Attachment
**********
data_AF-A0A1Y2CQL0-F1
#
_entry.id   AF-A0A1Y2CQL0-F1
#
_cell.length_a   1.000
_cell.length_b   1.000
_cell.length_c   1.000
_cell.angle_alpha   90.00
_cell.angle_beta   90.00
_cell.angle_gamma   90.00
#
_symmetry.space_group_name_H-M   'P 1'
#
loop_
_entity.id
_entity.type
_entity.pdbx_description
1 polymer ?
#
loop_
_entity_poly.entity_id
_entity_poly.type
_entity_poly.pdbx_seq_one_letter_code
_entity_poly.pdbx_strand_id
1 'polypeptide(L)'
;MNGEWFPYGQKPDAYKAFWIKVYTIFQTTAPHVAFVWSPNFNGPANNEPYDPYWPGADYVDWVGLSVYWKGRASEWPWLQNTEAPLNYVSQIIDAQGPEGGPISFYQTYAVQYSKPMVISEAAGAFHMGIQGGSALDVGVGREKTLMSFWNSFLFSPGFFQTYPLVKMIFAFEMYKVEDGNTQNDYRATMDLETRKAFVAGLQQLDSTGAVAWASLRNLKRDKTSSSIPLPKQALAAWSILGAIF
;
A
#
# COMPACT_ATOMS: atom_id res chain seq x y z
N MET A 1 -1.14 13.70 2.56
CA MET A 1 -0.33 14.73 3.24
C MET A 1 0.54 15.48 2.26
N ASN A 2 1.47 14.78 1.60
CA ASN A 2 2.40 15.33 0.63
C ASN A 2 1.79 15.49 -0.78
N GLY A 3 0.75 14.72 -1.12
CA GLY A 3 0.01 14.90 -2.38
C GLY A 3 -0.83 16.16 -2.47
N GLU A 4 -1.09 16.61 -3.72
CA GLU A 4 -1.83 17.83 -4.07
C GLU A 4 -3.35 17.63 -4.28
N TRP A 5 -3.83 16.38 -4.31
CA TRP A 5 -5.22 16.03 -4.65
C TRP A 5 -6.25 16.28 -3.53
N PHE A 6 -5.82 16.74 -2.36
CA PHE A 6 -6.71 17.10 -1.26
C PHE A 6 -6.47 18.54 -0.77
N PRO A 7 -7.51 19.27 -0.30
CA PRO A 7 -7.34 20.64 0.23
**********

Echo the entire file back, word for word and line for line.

data_AF-A0A1Y2CQL0-F1
#
_entry.id   AF-A0A1Y2CQL0-F1
#
_cell.length_a   1.000
_cell.length_b   1.000
_cell.length_c   1.000
_cell.angle_alpha   90.00
_cell.angle_beta   90.00
_cell.angle_gamma   90.00
#
_symmetry.space_group_name_H-M   'P 1'
#
loop_
_entity.id
_entity.type
_entity.pdbx_description
1 polymer ?
#
loop_
_entity_poly.entity_id
_entity_poly.type
_entity_poly.pdbx_seq_one_letter_code
_entity_poly.pdbx_strand_id
1 'polypeptide(L)'
;MNGEWFPYGQKPDAYKAFWIKVYTIFQTTAPHVAFVWSPNFNGPANNEPYDPYWPGADYVDWVGLSVYWKGRASEWPWLQNTEAPLNYVSQIIDAQGPEGGPISFYQTYAVQYSKPMVISEAAGAFHMGIQGGSALDVGVGREKTLMSFWNSFLFSPGFFQTYPLVKMIFAFEMYKVEDGNTQNDYRATMDLETRKAFVAGLQQLDSTGAVAWASLRNLKRDKTSSSIPLPKQALAAWSILGAIF
;
A
#
# COMPACT_ATOMS: atom_id res chain seq x y z
N MET A 1 -1.14 13.70 2.56
CA MET A 1 -0.33 14.73 3.24
C MET A 1 0.54 15.48 2.26
N ASN A 2 1.47 14.78 1.60
CA ASN A 2 2.40 15.33 0.63
C ASN A 2 1.79 15.49 -0.78
N GLY A 3 0.75 14.72 -1.12
CA GLY A 3 0.01 14.90 -2.38
C GLY A 3 -0.83 16.16 -2.47
N GLU A 4 -1.09 16.61 -3.72
CA GLU A 4 -1.83 17.83 -4.07
C GLU A 4 -3.35 17.63 -4.28
N TRP A 5 -3.83 16.38 -4.31
CA TRP A 5 -5.22 16.03 -4.65
C TRP A 5 -6.25 16.28 -3.53
N PHE A 6 -5.82 16.74 -2.36
CA PHE A 6 -6.71 17.10 -1.26
C PHE A 6 -6.47 18.54 -0.77
N PRO A 7 -7.51 19.27 -0.30
CA PRO A 7 -7.34 20.64 0.23